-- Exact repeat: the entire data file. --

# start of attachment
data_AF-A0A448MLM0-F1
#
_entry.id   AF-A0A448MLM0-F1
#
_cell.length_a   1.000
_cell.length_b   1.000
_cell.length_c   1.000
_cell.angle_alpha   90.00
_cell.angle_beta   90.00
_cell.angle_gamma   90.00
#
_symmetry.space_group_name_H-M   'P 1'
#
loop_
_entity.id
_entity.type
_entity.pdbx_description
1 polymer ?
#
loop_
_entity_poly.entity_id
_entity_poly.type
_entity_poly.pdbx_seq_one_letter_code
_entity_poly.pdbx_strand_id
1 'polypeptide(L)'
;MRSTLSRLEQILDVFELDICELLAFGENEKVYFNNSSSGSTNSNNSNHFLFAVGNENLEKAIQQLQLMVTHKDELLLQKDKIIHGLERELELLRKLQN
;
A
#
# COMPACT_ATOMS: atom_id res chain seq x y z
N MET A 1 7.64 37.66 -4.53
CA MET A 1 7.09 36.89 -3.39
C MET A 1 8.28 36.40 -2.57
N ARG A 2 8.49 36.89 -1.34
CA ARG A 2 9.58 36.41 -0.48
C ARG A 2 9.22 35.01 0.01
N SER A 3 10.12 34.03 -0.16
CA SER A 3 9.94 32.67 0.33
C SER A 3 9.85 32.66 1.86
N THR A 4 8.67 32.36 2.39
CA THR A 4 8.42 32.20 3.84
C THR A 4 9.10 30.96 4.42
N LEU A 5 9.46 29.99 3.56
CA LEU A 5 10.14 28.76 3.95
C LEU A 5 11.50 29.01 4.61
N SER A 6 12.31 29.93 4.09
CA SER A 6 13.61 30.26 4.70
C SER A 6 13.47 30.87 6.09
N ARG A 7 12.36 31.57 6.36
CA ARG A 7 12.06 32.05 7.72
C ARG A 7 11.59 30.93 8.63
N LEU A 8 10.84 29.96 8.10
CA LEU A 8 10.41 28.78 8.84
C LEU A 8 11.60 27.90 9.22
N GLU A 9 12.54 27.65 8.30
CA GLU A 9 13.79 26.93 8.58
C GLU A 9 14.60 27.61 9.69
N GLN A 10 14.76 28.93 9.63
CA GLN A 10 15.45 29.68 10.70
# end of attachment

data_AF-A0A448MLM0-F1
#
_entry.id   AF-A0A448MLM0-F1
#
_cell.length_a   1.000
_cell.length_b   1.000
_cell.length_c   1.000
_cell.angle_alpha   90.00
_cell.angle_beta   90.00
_cell.angle_gamma   90.00
#
_symmetry.space_group_name_H-M   'P 1'
#
loop_
_entity.id
_entity.type
_entity.pdbx_description
1 polymer ?
#
loop_
_entity_poly.entity_id
_entity_poly.type
_entity_poly.pdbx_seq_one_letter_code
_entity_poly.pdbx_strand_id
1 'polypeptide(L)'
;MRSTLSRLEQILDVFELDICELLAFGENEKVYFNNSSSGSTNSNNSNHFLFAVGNENLEKAIQQLQLMVTHKDELLLQKDKIIHGLERELELLRKLQN
;
A
#
# COMPACT_ATOMS: atom_id res chain seq x y z
N MET A 1 7.64 37.66 -4.53
CA MET A 1 7.09 36.89 -3.39
C MET A 1 8.28 36.40 -2.57
N ARG A 2 8.49 36.89 -1.34
CA ARG A 2 9.58 36.41 -0.48
C ARG A 2 9.22 35.01 0.01
N SER A 3 10.12 34.03 -0.16
CA SER A 3 9.94 32.67 0.33
C SER A 3 9.85 32.66 1.86
N THR A 4 8.67 32.36 2.39
CA THR A 4 8.42 32.20 3.84
C THR A 4 9.10 30.96 4.42
N LEU A 5 9.46 29.99 3.56
CA LEU A 5 10.14 28.76 3.95
C LEU A 5 11.50 29.01 4.61
N SER A 6 12.31 29.93 4.09
CA SER A 6 13.61 30.26 4.70
C SER A 6 13.47 30.87 6.09
N ARG A 7 12.36 31.57 6.36
CA ARG A 7 12.06 32.05 7.72
C ARG A 7 11.59 30.93 8.63
N LEU A 8 10.84 29.96 8.10
CA LEU A 8 10.41 28.78 8.84
C LEU A 8 11.60 27.90 9.22
N GLU A 9 12.54 27.65 8.30
CA GLU A 9 13.79 26.93 8.58
C GLU A 9 14.60 27.61 9.69
N GLN A 10 14.76 28.93 9.63
CA GLN A 10 15.45 29.68 10.70